Politics ain’t beanbag, as they often say in Washington, D.C., but golf isn’t a blood sport, and in keeping with the spirit of the game it has opted for a charm offensive at the annual National Golf Day in Washington next Wednesday.
It is sending a trio of affable envoys — Davis Love III, Nancy Lopez and Steve Stricker — to front its lobbying efforts and to reinforce the game’s economic impact, $70 billion a year, and the two million Americans employed in the industry, and to explain to government officials its positions on on labor and environmental issues, and the PHIT (Personal Health Investment Today) Act.
“This being an election year, it’s very critical,” Steve Mona said. Mona is the CEO of the World Golf Foundation and administrator of We Are Golf, a coalition of golf organizations formed to educate government officials and to advance the game’s agendas. “You have to position yourself. The year after, a lot happens. You have to be in the game, so to speak, and to have your interests known, because things can move very quickly.”
We Are Golf retains the Forbes-Tate lobby firm to represent its interests on an ongoing daily basis, but the National Golf Day “is the big tentpole, if you will, that creates by far the greatest interest in golf on Capitol Hill,” Mona said.
In addition to the marquee threesome, PGA Tour Commissioner Tim Finchem and First Tee officials making their rounds, an army of representatives, 150 strong, will conduct the same number of meetings with Congressional officials in a single day.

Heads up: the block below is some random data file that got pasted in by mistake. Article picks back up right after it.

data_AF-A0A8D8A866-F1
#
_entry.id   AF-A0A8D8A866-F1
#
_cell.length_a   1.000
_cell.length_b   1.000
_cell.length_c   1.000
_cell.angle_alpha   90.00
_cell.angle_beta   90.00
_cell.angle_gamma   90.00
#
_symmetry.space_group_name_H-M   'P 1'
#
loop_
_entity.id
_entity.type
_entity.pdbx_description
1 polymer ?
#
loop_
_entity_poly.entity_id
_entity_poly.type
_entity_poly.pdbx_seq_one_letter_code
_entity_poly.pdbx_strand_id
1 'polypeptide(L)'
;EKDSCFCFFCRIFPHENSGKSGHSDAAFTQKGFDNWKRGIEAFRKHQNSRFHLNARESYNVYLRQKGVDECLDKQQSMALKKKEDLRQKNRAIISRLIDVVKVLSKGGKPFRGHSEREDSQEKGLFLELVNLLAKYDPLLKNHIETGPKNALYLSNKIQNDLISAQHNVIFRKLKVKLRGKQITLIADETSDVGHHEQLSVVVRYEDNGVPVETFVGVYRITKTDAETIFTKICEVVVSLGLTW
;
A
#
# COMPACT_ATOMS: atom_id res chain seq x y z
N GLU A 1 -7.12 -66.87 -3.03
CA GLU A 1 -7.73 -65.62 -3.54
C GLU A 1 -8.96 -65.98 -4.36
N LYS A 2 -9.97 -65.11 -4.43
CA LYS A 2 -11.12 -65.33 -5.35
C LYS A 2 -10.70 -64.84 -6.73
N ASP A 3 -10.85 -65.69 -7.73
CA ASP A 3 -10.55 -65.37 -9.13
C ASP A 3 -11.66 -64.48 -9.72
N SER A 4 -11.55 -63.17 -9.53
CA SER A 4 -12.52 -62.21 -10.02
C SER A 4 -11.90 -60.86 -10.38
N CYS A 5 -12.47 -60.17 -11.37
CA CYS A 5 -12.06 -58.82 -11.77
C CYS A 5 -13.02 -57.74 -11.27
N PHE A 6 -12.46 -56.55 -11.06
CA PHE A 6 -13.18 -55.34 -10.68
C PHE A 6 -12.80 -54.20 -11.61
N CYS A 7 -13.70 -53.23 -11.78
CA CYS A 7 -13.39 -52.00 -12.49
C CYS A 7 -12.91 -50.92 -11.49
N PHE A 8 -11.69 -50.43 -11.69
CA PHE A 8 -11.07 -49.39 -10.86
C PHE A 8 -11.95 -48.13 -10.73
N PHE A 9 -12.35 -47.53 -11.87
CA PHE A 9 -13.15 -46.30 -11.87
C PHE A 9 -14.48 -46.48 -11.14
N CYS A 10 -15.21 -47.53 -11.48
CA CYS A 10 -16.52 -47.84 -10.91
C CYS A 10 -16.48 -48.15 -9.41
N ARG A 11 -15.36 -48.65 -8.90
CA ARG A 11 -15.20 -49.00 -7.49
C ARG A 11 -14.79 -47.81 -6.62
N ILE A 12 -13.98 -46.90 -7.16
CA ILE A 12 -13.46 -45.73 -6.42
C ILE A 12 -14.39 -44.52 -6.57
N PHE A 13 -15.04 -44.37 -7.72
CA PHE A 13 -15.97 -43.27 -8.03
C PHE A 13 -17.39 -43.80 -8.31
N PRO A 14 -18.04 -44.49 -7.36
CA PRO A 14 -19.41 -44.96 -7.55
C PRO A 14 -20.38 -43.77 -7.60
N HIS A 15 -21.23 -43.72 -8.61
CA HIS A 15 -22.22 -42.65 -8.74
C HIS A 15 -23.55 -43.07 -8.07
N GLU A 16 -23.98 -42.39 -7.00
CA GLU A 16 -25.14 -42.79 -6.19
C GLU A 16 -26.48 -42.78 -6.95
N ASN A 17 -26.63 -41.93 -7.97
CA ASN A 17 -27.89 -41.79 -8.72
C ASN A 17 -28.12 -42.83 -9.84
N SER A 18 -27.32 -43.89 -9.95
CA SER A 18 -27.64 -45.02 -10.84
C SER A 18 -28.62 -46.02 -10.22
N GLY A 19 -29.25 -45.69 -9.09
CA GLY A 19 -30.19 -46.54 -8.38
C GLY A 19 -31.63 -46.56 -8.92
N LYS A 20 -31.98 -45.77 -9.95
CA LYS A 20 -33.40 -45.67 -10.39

It will also have an exhibit in the foyer of the Rayburn House Office Building. Golf Channel’s Michael Breed will be giving lessons there as will LPGA teaching professional Karen Palacios-Jansen. A putting contest, Democrats vs. Republicans will be held, too.
“It creates a great beehive of activity,” Mona said. “We’re fortunate to have a sport that lends itself to that.
“This being our ninth one, we’ve gotten better over time. We are a little more effective than we were at the start. Those who have been members for this period of time now know us and even know our talking points pretty well.
“There were in the beginning some people who were members, golfers themselves, who weren’t anxious to associate with golf for various and sundry reasons. Now there’s no reluctance at all. It’s real gratifying and satisfying to see that evolution. Clearly, education has worked.”